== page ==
The Egyptian Initiative for Personal Rights on Monday sent a letter to heads of political parties in Parliament, as well as to a number of independent MPs, urging them to oppose Field Marshal Hussein Tantawi’s decision to extend the state of emergency in cases of “thuggery.” Tantawi is head of the Supreme Council of the Armed Forces (SCAF), Egypt’s ruling military council.
Last Tuesday, Tantawi announced that Egypt would lift the state of emergency except in certain cases. The change was to become effective last Wednesday.
In a statement, the rights group said it considered the announcement a continuation of the “oppressive Mubarak regime’s practices,” comparing it to Mubarak’s May 2010 announcement in which he singled out crimes involving terrorism and drugs when extending the state of emergency.
The group said that all violence and intimidation-related crimes are already criminalized by the Penal Code, which contains enough material to deal with so-called crimes of "thuggery.” There is no need to give security forces extraordinary powers under the state of emergency, it argued.
The letter noted that in March, only a month after taking office, the SCAF included two ambiguous articles in the Penal Code. Those articles criminalized acts of "thuggery," in violation of constitutional principles which state that criminal provisions must be "definite and devoid of confusion."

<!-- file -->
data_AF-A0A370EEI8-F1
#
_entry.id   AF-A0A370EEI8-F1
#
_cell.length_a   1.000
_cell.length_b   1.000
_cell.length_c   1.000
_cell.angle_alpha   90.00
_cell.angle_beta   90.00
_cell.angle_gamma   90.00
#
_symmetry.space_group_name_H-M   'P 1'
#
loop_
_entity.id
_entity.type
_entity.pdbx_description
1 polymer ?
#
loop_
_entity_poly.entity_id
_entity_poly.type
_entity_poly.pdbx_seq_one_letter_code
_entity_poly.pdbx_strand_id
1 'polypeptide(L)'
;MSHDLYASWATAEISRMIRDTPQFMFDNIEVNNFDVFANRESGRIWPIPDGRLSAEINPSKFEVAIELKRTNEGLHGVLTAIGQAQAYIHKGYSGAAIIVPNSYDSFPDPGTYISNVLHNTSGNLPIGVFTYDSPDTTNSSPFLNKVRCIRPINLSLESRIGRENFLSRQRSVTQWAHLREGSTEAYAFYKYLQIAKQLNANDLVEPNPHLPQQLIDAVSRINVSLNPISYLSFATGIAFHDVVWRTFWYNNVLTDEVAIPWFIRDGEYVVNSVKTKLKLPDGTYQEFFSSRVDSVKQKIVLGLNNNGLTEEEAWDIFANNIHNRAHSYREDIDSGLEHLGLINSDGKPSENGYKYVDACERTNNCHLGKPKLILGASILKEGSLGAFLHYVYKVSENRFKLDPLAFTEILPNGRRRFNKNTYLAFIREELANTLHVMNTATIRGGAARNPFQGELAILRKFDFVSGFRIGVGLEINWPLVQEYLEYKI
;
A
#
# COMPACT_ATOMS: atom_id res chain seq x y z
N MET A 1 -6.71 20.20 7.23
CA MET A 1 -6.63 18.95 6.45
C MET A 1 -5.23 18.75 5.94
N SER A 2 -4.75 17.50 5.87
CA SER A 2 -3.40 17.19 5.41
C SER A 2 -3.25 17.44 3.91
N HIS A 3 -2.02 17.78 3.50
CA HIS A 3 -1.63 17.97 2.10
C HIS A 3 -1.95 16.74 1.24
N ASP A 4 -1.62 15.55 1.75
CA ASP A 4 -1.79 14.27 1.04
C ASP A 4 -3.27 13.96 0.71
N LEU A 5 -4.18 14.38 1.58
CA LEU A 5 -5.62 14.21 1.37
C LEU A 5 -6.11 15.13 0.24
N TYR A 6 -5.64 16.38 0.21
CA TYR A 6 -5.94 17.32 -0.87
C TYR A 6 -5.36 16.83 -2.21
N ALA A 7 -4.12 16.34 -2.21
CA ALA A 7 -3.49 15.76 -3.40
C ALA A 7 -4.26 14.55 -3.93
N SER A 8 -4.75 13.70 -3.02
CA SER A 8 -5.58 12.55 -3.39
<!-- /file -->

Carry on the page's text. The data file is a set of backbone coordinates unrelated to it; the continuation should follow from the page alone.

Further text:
The letter urged the MPs to immediately prepare a draft resolution to completely lift the state of emergency. It called for the speedy review of all laws issued by the SCAF since it took office and to repeal Decree Law No. 10 of 2011, which amended provisions of the Penal Code regarding intimidation and thuggery.
The letter emphasized the need for the People's Assembly to prioritize review of the Emergency Law as well as other laws affecting public and personal freedoms.